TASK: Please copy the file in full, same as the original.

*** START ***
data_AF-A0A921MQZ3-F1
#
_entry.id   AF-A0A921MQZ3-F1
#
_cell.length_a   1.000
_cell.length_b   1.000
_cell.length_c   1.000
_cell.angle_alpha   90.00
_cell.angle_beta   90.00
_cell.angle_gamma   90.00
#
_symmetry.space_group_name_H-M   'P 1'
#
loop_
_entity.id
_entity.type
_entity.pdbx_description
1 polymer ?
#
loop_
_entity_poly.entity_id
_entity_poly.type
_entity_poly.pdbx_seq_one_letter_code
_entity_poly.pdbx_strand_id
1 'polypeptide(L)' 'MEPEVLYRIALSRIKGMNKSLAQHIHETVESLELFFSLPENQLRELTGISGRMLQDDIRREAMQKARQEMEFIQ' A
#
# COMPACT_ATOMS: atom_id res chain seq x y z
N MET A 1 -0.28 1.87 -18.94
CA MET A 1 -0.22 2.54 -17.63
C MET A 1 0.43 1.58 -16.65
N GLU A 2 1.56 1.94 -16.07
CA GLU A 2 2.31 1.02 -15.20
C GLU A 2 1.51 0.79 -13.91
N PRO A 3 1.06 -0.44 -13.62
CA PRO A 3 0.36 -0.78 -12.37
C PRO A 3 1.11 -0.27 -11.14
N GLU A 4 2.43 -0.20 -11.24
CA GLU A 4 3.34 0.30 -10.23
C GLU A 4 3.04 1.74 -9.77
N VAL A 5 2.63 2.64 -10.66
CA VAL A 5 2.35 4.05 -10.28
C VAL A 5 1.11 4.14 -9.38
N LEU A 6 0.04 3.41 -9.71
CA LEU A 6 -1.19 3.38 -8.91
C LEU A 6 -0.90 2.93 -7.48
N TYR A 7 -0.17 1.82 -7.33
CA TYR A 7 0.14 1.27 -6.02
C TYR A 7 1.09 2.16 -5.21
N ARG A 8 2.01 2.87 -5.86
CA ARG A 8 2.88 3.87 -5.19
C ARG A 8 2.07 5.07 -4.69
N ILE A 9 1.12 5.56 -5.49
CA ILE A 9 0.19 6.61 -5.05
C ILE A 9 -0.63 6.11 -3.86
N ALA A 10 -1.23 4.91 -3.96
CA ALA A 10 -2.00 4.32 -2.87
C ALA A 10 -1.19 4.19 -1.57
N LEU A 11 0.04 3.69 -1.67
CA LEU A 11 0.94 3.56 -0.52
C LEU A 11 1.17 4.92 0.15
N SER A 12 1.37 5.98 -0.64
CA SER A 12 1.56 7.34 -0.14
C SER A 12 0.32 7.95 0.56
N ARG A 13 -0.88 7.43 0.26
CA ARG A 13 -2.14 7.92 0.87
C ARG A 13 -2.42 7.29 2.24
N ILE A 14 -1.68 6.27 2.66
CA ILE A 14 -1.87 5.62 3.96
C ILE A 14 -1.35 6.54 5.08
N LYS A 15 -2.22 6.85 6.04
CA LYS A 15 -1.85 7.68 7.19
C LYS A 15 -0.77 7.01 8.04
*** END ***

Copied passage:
data_AF-A0A921MQZ3-F1
#
_entry.id   AF-A0A921MQZ3-F1
#
_cell.length_a   1.000
_cell.length_b   1.000
_cell.length_c   1.000
_cell.angle_alpha   90.00
_cell.angle_beta   90.00
_cell.angle_gamma   90.00
#
_symmetry.space_group_name_H-M   'P 1'
#
loop_
_entity.id
_entity.type
_entity.pdbx_description
1 polymer ?
#
loop_
_entity_poly.entity_id
_entity_poly.type
_entity_poly.pdbx_seq_one_letter_code
_entity_poly.pdbx_strand_id
1 'polypeptide(L)' 'MEPEVLYRIALSRIKGMNKSLAQHIHETVESLELFFSLPENQLRELTGISGRMLQDDIRREAMQKARQEMEFIQ' A
#
# COMPACT_ATOMS: atom_id res chain seq x y z
N MET A 1 -0.28 1.87 -18.94
CA MET A 1 -0.22 2.54 -17.63
C MET A 1 0.43 1.58 -16.65
N GLU A 2 1.56 1.94 -16.07
CA GLU A 2 2.31 1.02 -15.20
C GLU A 2 1.51 0.79 -13.91
N PRO A 3 1.06 -0.44 -13.62
CA PRO A 3 0.36 -0.78 -12.37
C PRO A 3 1.11 -0.27 -11.14
N GLU A 4 2.43 -0.20 -11.24
CA GLU A 4 3.34 0.30 -10.23
C GLU A 4 3.04 1.74 -9.77
N VAL A 5 2.63 2.64 -10.66
CA VAL A 5 2.35 4.05 -10.28
C VAL A 5 1.11 4.14 -9.38
N LEU A 6 0.04 3.41 -9.71
CA LEU A 6 -1.19 3.38 -8.91
C LEU A 6 -0.90 2.93 -7.48
N TYR A 7 -0.17 1.82 -7.33
CA TYR A 7 0.14 1.27 -6.02
C TYR A 7 1.09 2.16 -5.21
N ARG A 8 2.01 2.87 -5.86
CA ARG A 8 2.88 3.87 -5.19
C ARG A 8 2.07 5.07 -4.69
N ILE A 9 1.12 5.56 -5.49
CA ILE A 9 0.19 6.61 -5.05
C ILE A 9 -0.63 6.11 -3.86
N ALA A 10 -1.23 4.91 -3.96
CA ALA A 10 -2.00 4.32 -2.87
C ALA A 10 -1.19 4.19 -1.57
N LEU A 11 0.04 3.69 -1.67
CA LEU A 11 0.94 3.56 -0.52
C LEU A 11 1.17 4.92 0.15
N SER A 12 1.37 5.98 -0.64
CA SER A 12 1.56 7.34 -0.14
C SER A 12 0.32 7.95 0.56
N ARG A 13 -0.88 7.43 0.26
CA ARG A 13 -2.14 7.92 0.87
C ARG A 13 -2.42 7.29 2.24
N ILE A 14 -1.68 6.27 2.66
CA ILE A 14 -1.87 5.62 3.96
C ILE A 14 -1.35 6.54 5.08
N LYS A 15 -2.22 6.85 6.04
CA LYS A 15 -1.85 7.68 7.19
C LYS A 15 -0.77 7.01 8.04